Page:Koran - Rodwell - 2nd ed.djvu/41

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25
The Brightness

And how, if ye believe not, will you screen yourselves from the day that shall turn children greyheaded?

The very heaven shall be reft asunder by it: this threat shall be carried into effect.

Lo! this is a warning. Let him then who will, take the way to his Lord.

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Of a truth,[1] thy Lord knoweth that thou prayest almost two-thirds, or half, or a third of the night, as do a part of thy followers. But God measureth the night and the day:—He knoweth that ye cannot count its hours aright, and therefore, turneth to you mercifully. Recite then so much of the Koran as may be easy to you. He knoweth that there will be some among you sick, while others travel through the earth in quest of the bounties of God; and others do battle in his cause. Recite therefore so much of it as may be easy. And observe the Prayers and pay the legal Alms,[2] and lend God a liberal loan: for whatever good works ye send on before for your own behoof, ye shall find with God. This will be best and richest in the recompense. And seek the forgiveness of God: verily, God is forgiving, Merciful.

 

[IV.]

SURA XCIII.[3]—THE BRIGHTNESS

Mecca.—11 Verses.

In the Name of God, the Compassionate, the Merciful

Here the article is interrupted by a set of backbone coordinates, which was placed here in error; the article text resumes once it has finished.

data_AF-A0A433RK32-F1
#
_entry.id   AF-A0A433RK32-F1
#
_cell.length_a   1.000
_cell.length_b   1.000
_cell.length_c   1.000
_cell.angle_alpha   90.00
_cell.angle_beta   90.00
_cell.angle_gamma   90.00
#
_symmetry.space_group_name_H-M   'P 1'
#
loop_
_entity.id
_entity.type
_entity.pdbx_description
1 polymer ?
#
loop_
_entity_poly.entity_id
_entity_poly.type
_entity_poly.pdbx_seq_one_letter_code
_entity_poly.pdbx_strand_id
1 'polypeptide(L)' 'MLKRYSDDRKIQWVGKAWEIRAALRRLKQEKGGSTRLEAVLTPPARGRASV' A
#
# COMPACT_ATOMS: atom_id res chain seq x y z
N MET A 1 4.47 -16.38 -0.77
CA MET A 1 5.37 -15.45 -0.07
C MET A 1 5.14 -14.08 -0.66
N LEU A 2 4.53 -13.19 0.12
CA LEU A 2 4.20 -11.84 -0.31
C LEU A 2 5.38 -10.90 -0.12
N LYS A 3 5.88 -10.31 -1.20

By the noon-day BRIGHTNESS,

And by the night when it darkeneth!

  1. This verse, according to a tradition of Ayesha, was revealed one year later than the previous part of the Sura. Nöldeke says it is “offenbar ein Medinischer.”
  2. The reader will not be surprised to find in the very outset of Muhammad's career a frequent mention of Alms, Prayer, Heaven, Hell, Judgment, Apostles, etc., in their usual sense, when he remembers that Judaism was extensively naturalised in Arabia, and Christianity, also, although to a smaller extent. The words and phrases of these religions were doubtless familiar to the Meccans, especially to that numerous body who were anxiously searching after some better religion than the idolatries of their fathers (v. on Sura ⅲ. 19, 60), and provided Muhammad with a copious fund from which to draw.
  3. This and the six following Suras are expressions of a state of deep mental anxiety and depression, in which Muhammad seeks to reassure himself by calling to mind the past favours of God, and by fixing his mind steadfastly on the Divine Unity. They belong to a period either before the public commencement of his ministry or when his success was very dubious, and his future career by no means clearly marked out.